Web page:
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F1 NEWS 

Q & A with McLaren's Jonathan Neale

In the last few races McLaren has gone from defending a championship lead to having to attack to catch up to Red Bull and Ferrari in the standings.

But as its managing director Jonathan Neale told the media in the team's latest teleconference, McLaren certainly does not see itself as an underdog and is pushing harder than ever to get back in front.

Q. Lewis Hamilton has had contact in last two races and retired, but the other drivers continued, is this a concern?

Jonathan NealeJonathan Neale: I don't think that we have a concern about either the reliability or the durability of the car. I think it's unfortunate that has happened and that Lewis has made contact. Obviously we're very disappointed about that and Lewis is very disappointed about that.

But I think Lewis is a force of nature. Given half an opportunity, he's going to race hard. That's what makes him the man that he is and why he's such a great racing driver, and why he is and will be successful. He's the kind of driver that if he's got the pace and you see him in your rear view mirror, he's going to come and have a go.

I think the fact of the matter in Singapore was that Lewis had got clear, had the line and grip and pace to stick. Had Mark [Webber] not made contact with him, he would've got clear away. I don't think there's any fault or problem with that. That's motorsport, on occasion there is contact. I don't think it's in Lewis's instinct to play a percentage game. But Lewis is a learning animal and he will take all of these things and weigh up the risks. But he's a great driver.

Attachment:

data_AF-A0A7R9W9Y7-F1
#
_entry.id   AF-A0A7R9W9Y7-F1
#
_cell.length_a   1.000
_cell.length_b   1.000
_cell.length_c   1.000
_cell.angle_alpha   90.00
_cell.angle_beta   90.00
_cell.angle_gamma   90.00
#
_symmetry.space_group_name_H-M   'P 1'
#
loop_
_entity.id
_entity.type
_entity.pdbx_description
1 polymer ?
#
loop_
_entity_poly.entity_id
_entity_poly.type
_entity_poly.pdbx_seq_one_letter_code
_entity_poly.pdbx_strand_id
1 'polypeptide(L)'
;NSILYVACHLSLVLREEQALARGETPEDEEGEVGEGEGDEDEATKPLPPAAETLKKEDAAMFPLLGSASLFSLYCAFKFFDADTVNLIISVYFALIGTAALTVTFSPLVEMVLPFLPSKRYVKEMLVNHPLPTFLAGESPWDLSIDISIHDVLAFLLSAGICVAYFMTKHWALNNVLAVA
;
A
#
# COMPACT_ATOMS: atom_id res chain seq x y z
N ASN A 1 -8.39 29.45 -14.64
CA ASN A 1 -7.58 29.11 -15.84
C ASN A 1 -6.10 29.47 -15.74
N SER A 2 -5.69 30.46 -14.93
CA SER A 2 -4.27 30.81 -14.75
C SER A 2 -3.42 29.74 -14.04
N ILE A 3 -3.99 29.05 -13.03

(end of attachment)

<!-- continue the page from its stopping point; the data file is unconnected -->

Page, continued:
Q. Does he need a stronger car than others do?

JN: We don't design the car to have a Red Bull torpedo it amid-ships, no... That's not a part of the design preparation really. The fact is, the wheel broke, the tyre deflated and he was going nowhere. There's nothing fragile about the car. We've made some pretty good contacts with walls and cars and had the benefit of it. It's swings and roundabouts. Sometimes you get away with it in the hustle, sometimes you don't.

Q. On the basis of Singapore, McLaren appears to be the third force in the title fight behind Red Bull and Ferrari. How do you see it?

JN: Well, I don't see it like that. We knew from our performance in Hungary that we were going to have a bit of a challenge going into Singapore. When we locked out the second row of the grid, we thought that was fantastic. Had Lewis been able to get his way around Mark and make it stick, I think we'd be sitting here talking about a very different situation. The remaining four races are circuits where we feel we should be very competitive. Everybody is going to be pushing very hard and we're doing exactly the same. We expect to get in and win some of these races.

Q. Is there any concern that the focus on the 2010 title fight could cost the team in 2011?

JN: It's not something that we're worried about. We've done it before, where we've been deep into a championship and had to run with it, and it's the same for everybody else. We are pushing very hard, but we have also put resources into next year's car. It's a delicate balance. F1 is never limited by ideas, only the number of daylight hours and the number of people you've got. At this stage I'm not concerned that it's having a detrimental impact on next year. It does mean, though, that we have a very busy winter ahead.